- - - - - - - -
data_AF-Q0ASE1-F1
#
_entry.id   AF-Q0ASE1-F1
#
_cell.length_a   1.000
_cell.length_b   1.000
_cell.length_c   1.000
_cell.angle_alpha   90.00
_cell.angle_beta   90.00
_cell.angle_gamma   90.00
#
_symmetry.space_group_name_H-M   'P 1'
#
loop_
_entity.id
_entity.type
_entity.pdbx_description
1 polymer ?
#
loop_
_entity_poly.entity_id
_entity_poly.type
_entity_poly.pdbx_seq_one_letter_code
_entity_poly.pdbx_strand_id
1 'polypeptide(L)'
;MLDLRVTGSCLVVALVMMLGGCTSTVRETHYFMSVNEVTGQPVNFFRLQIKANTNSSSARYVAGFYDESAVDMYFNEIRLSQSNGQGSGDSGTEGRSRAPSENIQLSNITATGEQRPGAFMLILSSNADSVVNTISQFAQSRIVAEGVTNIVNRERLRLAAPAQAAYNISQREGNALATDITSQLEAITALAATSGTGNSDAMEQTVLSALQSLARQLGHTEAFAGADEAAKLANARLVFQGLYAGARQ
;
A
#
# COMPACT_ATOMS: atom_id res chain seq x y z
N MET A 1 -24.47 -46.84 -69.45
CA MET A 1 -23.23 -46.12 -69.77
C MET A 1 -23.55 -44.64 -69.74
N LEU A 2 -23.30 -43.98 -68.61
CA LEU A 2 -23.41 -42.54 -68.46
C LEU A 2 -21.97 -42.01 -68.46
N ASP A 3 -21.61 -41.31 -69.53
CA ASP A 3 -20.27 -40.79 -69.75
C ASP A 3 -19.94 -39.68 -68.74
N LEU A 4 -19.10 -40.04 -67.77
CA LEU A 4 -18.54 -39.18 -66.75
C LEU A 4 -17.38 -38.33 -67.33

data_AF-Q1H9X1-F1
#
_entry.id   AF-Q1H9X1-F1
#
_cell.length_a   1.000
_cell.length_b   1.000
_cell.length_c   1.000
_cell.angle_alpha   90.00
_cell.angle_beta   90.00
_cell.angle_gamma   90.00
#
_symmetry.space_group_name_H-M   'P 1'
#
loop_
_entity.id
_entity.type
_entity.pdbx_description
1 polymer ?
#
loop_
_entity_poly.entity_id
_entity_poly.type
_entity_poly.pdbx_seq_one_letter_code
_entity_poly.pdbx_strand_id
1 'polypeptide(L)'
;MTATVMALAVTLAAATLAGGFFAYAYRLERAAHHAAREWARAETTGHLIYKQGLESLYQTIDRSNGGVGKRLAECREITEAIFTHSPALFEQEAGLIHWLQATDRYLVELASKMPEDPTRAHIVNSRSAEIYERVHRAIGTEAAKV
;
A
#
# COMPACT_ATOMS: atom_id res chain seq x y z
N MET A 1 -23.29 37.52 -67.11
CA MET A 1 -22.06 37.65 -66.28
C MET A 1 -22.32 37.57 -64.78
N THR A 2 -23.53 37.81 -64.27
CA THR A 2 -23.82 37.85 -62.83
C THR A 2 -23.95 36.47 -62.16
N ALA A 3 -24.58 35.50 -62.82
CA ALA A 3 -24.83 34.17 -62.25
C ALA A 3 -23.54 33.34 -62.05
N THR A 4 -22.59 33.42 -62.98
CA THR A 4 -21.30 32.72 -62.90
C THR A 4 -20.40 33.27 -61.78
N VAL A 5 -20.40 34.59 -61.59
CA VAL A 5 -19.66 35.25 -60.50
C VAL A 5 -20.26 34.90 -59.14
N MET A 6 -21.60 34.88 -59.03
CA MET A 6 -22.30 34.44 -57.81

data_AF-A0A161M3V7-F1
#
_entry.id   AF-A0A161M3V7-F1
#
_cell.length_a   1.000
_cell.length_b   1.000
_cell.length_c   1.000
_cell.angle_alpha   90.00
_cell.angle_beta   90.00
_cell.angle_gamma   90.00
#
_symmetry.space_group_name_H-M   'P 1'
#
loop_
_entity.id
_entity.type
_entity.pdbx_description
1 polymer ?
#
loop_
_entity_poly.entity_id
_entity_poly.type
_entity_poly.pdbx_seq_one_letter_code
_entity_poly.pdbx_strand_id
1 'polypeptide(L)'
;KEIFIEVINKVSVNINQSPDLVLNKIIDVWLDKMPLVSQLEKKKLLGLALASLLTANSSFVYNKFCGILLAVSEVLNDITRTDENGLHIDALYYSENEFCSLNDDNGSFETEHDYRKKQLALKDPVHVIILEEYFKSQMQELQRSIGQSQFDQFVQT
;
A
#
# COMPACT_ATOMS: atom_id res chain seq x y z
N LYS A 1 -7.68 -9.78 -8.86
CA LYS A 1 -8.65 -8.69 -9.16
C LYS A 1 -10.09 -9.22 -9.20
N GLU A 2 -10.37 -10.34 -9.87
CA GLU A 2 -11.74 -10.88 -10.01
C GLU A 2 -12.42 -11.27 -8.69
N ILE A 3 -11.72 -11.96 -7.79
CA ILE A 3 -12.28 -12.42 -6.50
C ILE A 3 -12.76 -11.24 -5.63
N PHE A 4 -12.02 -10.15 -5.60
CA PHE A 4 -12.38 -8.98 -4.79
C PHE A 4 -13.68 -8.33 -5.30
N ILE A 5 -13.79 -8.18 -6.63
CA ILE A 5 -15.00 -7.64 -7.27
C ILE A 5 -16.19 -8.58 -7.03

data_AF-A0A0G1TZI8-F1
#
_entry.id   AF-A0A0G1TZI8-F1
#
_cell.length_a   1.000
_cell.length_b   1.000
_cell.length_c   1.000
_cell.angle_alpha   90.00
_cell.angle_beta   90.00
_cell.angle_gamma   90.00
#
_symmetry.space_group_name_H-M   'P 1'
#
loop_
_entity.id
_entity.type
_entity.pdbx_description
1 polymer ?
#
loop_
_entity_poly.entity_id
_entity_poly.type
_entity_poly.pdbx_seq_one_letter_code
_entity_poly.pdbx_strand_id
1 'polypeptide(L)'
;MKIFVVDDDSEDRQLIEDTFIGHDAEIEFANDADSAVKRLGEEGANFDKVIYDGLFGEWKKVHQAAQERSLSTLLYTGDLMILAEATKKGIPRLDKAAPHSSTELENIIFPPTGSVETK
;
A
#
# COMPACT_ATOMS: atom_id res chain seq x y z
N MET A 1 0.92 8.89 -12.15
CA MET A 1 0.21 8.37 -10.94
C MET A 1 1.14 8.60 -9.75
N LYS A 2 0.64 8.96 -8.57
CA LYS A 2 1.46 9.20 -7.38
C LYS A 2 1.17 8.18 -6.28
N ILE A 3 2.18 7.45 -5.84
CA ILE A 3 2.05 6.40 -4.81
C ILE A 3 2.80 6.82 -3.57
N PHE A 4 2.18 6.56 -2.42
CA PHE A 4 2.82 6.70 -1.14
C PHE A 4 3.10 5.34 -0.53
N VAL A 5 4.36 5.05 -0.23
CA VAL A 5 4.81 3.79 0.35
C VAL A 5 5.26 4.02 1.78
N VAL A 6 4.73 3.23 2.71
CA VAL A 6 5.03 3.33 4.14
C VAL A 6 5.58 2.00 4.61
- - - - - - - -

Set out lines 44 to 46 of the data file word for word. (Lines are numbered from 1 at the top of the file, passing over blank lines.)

#
_entry.id   AF-Q1H9X1-F1
#